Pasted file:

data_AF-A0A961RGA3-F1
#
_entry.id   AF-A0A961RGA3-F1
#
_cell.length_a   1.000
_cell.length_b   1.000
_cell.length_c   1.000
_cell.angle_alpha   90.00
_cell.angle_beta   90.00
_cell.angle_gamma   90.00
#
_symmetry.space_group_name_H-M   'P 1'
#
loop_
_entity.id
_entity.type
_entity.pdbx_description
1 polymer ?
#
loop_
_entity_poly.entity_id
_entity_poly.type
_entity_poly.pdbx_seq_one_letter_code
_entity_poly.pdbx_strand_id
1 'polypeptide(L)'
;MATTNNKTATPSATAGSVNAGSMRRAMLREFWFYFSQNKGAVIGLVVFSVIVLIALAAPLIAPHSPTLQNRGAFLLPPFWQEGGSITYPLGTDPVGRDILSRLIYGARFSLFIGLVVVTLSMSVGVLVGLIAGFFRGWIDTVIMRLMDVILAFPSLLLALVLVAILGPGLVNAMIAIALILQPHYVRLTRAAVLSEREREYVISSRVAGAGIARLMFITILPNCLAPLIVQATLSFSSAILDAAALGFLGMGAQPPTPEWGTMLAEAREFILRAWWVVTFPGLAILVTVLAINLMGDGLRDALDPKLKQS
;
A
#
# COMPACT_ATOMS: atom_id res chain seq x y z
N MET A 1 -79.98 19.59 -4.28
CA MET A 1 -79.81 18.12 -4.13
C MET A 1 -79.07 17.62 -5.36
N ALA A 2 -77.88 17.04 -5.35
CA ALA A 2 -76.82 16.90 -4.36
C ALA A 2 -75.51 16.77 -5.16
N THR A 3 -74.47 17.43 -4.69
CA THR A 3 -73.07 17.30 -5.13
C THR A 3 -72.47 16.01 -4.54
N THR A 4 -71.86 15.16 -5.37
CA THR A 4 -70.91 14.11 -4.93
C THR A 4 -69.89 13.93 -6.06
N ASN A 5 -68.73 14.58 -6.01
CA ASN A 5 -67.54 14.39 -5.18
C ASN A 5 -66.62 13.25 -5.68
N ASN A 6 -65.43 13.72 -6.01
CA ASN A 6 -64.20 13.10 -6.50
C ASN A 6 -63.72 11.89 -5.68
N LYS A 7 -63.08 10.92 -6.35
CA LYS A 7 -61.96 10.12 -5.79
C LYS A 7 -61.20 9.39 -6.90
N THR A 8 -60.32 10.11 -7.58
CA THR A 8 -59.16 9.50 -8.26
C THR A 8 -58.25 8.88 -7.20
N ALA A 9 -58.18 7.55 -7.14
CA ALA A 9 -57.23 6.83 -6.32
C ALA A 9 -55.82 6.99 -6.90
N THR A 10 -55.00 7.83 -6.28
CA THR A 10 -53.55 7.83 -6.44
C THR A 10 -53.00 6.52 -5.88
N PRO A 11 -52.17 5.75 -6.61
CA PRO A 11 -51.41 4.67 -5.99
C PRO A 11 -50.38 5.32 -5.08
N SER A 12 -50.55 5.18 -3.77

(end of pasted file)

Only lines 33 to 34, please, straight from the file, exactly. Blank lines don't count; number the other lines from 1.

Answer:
C MET A 1 -79.07 17.62 -5.36
N ALA A 2 -77.88 17.04 -5.35